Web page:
Question: What does “reasonable suspicion” and “probable cause” mean in a DWI investigation? And what’s the big deal if I admit to having only drank “a couple” of beers?
Before a New Mexico police officer can make contact with a person and conduct a DWI investigation, it is required that the police have “reasonable suspicion.” For a DWI investigation this usually entails articulating a reason to stop an individual before they conduct a DWI investigation. In many DWI investigations this requirement is met when an officer stops a person for a traffic violation, and observes some sign of alcohol consumption. Absent a crash or a roadblock, the police must have a reason to stop an individual before they initiate a DWI investigation, and this requirement is often satisfied to the court when an officer stops a person for a traffic violation and s/he observes some sign of alcohol consumption.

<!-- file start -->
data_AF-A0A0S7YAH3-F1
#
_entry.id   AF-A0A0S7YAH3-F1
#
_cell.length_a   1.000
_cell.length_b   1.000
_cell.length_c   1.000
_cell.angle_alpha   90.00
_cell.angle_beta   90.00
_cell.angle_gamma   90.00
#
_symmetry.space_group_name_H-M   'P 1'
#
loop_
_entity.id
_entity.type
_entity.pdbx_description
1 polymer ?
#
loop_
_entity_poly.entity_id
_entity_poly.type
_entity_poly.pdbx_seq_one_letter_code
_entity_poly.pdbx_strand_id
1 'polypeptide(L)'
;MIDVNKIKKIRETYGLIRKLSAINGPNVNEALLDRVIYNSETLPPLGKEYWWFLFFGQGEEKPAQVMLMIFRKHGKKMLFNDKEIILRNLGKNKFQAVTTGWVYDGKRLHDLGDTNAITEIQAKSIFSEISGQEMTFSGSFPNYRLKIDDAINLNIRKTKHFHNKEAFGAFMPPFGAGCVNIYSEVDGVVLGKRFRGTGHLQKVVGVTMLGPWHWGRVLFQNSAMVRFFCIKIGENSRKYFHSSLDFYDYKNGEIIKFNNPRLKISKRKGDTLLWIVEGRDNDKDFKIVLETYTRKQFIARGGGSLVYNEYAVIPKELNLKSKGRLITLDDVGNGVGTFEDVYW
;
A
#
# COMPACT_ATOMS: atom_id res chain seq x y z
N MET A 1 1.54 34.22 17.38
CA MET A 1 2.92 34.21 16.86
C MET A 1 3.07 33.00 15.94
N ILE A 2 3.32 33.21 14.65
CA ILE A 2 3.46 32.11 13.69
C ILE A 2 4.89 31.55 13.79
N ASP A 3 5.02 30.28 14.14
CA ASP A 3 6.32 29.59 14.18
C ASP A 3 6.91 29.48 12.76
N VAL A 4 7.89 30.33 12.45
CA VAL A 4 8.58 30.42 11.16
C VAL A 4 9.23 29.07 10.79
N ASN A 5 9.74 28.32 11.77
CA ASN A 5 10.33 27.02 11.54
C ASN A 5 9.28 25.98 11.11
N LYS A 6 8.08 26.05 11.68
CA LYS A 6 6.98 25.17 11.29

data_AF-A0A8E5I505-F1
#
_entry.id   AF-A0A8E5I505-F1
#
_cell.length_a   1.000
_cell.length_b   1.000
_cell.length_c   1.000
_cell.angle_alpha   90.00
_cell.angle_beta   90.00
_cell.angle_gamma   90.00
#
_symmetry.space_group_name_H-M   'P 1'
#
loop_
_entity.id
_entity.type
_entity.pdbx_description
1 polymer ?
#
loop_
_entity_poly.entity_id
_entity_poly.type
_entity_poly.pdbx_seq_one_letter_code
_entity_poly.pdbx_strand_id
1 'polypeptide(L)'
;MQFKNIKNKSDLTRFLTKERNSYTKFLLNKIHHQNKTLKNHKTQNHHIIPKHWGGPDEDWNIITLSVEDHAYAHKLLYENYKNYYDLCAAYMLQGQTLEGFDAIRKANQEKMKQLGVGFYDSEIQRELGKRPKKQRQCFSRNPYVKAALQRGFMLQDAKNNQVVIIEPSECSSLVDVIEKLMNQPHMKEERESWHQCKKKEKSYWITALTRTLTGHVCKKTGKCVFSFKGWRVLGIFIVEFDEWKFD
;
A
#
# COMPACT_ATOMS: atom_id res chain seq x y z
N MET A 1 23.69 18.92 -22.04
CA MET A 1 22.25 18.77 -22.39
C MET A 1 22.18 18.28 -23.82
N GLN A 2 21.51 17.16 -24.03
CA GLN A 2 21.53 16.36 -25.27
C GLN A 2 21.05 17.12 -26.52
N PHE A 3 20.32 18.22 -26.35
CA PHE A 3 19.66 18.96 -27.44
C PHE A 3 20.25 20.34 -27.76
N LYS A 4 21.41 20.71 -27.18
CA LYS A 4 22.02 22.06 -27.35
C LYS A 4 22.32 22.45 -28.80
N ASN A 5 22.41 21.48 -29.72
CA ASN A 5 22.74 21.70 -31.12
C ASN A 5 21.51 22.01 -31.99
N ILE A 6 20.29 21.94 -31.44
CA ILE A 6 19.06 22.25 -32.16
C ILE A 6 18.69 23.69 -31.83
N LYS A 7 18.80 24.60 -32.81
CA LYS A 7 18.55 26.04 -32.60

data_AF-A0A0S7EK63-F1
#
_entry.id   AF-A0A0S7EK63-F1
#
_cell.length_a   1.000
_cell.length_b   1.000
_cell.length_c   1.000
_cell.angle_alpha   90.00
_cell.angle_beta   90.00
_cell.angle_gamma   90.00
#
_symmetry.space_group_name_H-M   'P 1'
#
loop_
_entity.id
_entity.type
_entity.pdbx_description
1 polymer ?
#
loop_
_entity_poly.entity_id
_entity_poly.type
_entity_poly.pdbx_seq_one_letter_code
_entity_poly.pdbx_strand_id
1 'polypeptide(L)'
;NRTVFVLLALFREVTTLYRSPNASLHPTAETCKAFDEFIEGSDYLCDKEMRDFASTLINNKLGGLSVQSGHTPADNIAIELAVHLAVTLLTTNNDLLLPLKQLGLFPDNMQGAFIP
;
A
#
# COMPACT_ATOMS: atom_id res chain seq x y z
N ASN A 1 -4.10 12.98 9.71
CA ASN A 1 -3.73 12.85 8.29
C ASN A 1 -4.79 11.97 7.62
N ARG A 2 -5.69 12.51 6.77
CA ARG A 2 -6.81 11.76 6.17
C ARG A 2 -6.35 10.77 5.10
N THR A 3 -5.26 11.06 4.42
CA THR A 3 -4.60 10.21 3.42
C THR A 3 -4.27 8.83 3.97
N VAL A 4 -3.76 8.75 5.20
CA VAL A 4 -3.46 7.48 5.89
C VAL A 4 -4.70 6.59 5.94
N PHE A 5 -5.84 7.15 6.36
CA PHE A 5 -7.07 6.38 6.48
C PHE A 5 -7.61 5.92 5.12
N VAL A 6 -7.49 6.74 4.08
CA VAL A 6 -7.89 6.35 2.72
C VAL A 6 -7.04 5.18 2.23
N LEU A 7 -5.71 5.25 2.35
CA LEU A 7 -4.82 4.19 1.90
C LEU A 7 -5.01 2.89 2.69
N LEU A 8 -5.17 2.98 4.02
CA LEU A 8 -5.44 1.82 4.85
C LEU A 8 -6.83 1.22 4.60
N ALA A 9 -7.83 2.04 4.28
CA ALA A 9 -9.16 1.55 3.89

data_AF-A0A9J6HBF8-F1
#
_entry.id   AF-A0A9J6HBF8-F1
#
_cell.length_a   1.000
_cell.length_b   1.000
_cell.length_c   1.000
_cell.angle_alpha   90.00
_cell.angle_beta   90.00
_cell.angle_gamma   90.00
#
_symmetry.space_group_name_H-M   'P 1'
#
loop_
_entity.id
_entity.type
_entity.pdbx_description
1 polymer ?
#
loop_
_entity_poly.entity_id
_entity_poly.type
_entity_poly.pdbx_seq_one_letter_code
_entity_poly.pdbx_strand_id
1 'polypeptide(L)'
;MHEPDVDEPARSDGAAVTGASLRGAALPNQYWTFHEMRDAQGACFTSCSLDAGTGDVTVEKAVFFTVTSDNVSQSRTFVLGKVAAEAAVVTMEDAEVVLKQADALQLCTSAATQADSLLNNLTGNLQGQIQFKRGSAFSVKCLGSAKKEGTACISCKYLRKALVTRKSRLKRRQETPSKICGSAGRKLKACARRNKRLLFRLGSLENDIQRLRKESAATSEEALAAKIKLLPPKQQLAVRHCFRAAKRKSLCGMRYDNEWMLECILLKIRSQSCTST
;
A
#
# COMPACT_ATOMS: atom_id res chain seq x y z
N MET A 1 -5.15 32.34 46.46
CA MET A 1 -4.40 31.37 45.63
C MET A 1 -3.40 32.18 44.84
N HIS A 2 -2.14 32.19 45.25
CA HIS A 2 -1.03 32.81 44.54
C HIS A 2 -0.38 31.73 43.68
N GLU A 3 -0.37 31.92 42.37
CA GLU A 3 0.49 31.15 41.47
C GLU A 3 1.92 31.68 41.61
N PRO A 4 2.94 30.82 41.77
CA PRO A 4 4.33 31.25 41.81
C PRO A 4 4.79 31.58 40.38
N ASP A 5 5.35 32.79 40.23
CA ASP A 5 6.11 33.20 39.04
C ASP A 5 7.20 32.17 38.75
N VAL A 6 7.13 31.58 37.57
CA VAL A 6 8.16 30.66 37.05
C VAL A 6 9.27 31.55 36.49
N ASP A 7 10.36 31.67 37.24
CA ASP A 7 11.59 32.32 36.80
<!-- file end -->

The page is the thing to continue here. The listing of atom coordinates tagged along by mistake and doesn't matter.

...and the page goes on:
Before a New Mexico police officer can arrest a person for DWI it is required that there be sufficient evidence that a particular individual likely committed a particular offense, this is called “probable cause.” With respect to DWIs, officers often develop probable cause through a suspect’s admissions and observations, whether a person has an odor of alcohol on their breath, whether a person has bloodshot eyes, whether a person has slurred speech, etc.
A New Mexico police officer will nearly always ask a suspect whether they have been drinking before conducting any field sobriety tests. Legally, anyone who has been stopped for suspicion of DWI in New Mexico has the right to remain silent, and it is permissible to refuse to answer the investigating officer’s questions concerning whether, when and how much you’ve been drinking. Remember, if an officer has stopped you for DWI, they are almost certainly trying to gather evidence that they can use to arrest you for and convict you of DWI. Do not make their job easier by making admissions to support their probable cause.